The review outlined above concludes that the brain regions most implicated to date in antisocial, aggressive and psychopathic behavior are the prefrontal (dorsolateral and ventral) and temporal cortices. Some evidence also exists implicating the amygdala, hippocampus, angular gyrus and anterior cingulate. It has also been argued that the best-replicated neural correlates of morality are the polar/medial PFC, ventral PFC and angular gyrus, with significant support also for the posterior cingulate and amygdala. We also argue that a critical driving force of antisocial and psychopathic behavior is a disruption to the neural circuitry underlying moral thinking and feeling. juxtaposes these two sets of empirical data to create an initial neural model of morality and antisociality, highlighting those regions impaired only in antisocial populations (red), areas activated only by moral judgment tasks (green) and areas common to both antisociality and morality (yellow).
A schematic diagram of brain regions impaired only in antisocial groups (red), activated only in moral decision-making (green) and regions common to both antisocial behavior and moral decision-making (yellow).
It can be seen both that there are substantial areas of overlap between antisocial/psychopathic behavior and moral judgment-emotion, and also significant differences. Brain regions common to both include ventral and polar/medial PFC sectors, the amygdala and angular gyrus/posterior superior temporal gyrus. A key difference is that while there is increasing evidence for hippocampal and anterior cingulate impairment in antisocial/psychopathic individuals, moral studies consistently fail to observe selective activation in these structures. Similarly, there is some replicable evidence implicating the posterior cingulate in moral judgment tasks, but evidence implicating this region in antisocial behavior is to date sparse. A further qualification is that only two studies have documented reduced functioning in the angular gyrus in antisocial populations, although few studies have explored this parietal structure which should be a target region-of-interest in future imaging studies.
The partial overlap of structures implicated in antisocial populations and moral judgment tasks gives rise to the hypothesis that some of the brain impairments found in antisocial individuals disrupt moral emotion/decision-making, which in turn predisposes the individual to rule-breaking, antisocial behavior. A critical question raised by this theoretical perspective of antisocial behavior concerns which component of ‘morality’ is impaired—cognition (i.e. moral ‘reasoning’), emotion (i.e. moral ‘feelings’) or both?
A tentative answer would be that the emotional component is most impaired in antisocial, psychopathic populations. Regarding basic cognitive processes involved in moral decision-making, at a fundamental level there is little question that almost all criminal and psychopathic individuals know right from wrong. While some evidence exists for a difference in level of moral reasoning in delinquent, criminal and psychopathic groups (Raine, 1993
; Blair, 1995
), antisocial behavior could cause differences in moral thinking, rather than vice versa. That is, living an antisocial way of life may change moral thinking to justify the individual's repeated antisocial actions and reduce cognitive dissonance. Furthermore, it has also been argued that psychopaths show excellent (not poor) moral reasoning ability when discussing hypothetical situations—their real failure comes in applying their excellent moral conceptual formulations to guiding their own behavior (Cleckley, 1976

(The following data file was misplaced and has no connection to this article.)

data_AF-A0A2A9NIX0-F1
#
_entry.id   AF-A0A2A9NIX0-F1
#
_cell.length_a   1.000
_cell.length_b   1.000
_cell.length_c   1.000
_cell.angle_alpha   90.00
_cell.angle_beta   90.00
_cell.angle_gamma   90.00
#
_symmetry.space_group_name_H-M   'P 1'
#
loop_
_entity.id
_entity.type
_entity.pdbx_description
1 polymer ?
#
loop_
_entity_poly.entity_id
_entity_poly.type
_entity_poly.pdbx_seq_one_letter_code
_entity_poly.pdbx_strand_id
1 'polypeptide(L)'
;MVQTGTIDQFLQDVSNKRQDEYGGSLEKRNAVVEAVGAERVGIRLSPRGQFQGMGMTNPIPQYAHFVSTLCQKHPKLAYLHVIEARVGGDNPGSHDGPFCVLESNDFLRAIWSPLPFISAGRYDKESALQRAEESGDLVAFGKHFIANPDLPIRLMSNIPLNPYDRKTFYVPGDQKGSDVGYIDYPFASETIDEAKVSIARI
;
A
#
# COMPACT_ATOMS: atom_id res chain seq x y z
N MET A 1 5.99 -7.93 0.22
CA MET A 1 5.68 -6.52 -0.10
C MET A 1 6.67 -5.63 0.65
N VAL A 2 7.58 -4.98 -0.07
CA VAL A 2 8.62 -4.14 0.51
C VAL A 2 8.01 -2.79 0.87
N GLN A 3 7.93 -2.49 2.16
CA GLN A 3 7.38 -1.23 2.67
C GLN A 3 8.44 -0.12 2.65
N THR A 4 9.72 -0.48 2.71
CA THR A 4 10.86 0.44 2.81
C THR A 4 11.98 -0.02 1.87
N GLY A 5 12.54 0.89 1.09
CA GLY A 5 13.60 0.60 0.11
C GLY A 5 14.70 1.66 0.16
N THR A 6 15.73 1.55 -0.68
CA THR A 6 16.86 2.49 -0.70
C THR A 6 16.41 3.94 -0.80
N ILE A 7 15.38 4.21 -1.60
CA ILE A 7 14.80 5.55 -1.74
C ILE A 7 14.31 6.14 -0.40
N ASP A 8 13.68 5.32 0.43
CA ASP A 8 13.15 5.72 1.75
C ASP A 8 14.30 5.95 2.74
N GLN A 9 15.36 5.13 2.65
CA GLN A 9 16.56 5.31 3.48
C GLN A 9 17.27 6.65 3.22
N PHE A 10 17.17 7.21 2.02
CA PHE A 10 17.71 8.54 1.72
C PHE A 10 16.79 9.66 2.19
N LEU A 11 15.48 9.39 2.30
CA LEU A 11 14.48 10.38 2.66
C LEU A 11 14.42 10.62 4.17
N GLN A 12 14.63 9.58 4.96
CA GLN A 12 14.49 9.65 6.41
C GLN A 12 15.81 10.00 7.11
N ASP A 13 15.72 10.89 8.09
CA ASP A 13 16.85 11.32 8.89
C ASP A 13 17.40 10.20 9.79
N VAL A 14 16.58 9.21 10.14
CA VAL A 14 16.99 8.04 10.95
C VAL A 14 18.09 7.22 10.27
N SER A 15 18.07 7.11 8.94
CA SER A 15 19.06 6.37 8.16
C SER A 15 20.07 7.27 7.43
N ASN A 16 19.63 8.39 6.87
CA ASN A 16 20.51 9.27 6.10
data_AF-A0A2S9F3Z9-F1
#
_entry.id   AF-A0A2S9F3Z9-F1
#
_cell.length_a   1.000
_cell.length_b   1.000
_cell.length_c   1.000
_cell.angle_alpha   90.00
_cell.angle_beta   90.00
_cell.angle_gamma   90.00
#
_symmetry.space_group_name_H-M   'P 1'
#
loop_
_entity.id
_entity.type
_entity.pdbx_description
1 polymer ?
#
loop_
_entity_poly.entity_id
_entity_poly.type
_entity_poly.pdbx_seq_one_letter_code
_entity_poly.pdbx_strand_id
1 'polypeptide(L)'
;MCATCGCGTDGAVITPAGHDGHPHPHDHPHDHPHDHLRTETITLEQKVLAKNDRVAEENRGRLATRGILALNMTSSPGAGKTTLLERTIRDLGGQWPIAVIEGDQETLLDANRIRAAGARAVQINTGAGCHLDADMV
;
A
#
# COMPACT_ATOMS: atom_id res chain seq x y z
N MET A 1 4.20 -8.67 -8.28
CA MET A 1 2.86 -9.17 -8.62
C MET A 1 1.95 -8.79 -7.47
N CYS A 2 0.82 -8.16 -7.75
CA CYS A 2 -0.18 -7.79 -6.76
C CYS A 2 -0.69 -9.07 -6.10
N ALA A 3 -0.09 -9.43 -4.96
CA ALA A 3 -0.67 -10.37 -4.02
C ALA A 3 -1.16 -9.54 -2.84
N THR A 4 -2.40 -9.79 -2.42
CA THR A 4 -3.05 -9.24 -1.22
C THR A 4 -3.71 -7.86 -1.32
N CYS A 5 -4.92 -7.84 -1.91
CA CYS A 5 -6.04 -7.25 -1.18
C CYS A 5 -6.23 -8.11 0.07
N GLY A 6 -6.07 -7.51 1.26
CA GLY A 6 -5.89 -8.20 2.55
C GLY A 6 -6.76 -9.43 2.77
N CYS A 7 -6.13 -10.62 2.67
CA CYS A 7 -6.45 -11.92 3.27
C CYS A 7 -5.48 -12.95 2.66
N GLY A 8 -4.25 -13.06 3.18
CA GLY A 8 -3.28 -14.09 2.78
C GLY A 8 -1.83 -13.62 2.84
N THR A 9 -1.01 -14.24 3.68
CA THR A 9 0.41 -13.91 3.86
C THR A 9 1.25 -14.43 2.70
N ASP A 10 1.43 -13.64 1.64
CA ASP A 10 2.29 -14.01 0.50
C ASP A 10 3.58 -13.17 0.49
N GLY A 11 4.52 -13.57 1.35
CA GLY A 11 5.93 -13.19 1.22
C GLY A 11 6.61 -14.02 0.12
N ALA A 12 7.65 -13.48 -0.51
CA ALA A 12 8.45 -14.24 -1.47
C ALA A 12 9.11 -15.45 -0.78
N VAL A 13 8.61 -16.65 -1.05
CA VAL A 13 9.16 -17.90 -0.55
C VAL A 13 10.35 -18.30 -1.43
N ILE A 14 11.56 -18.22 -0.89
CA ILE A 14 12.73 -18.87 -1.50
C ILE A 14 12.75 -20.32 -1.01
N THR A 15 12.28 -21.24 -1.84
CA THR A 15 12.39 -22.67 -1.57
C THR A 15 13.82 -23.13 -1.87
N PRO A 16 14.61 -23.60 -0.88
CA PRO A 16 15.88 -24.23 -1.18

The feeling of what's right and wrong
Given the above, it is suggested that it is predominantly the feeling of what is moral that is deficient in antisocial groups, rather than the knowing of what is moral. This moral feeling, centered on the PFC and amygdala, is the engine that translates the cognitive recognition that an act is immoral into behavioral inhibition—and it is this engine that functions less well in antisocial, violent and psychopathic individuals.
We also hypothesize that while deficits in the affective component of morality is the primary impairment in antisocial individuals, cognitive components of morality could also be compromised for three reasons. First, both the polar/medial PFC and posterior cingulate have been shown to play an important role in self-appraisal and self-reflection (Ochsner et al
; Johnson et al
), while the OFC is also involved in the process of self-perception and insight (Beer et al
). If an individual is unable to relate back onto themselves the negative emotion associated with the thought of perpetrating an immoral act due to impairments to either the medial PFC or posterior cingulate, they may become predisposed to rule-breaking behavior, despite intact emotional processing. Second, cognition and emotion in moral decision-making cannot be easily dissociated. The medial PFC is activated during the suppression of moral emotions (Harenski and Hamann 2006
). If an individual lacks this regulatory control, there may be an inability to down-regulate moral outrage triggered by a third party's negative acts, resulting in impulsive, reactive aggression by that individual, and/or more planned, controlled retaliatory actions. Third, and relatedly, the angular gyrus has been speculated to be associated with a sense of responsibility for one's actions (Borg et al
); while intact moral emotions may normally place a brake on rule-breaking behavior, the lack of a sense of responsibility may move the individual more in an immoral direction if the rewards are sufficient. Consequently, both emotional and cognitive components of the morality circuit may be implicated in antisocial, psychopathic behavior.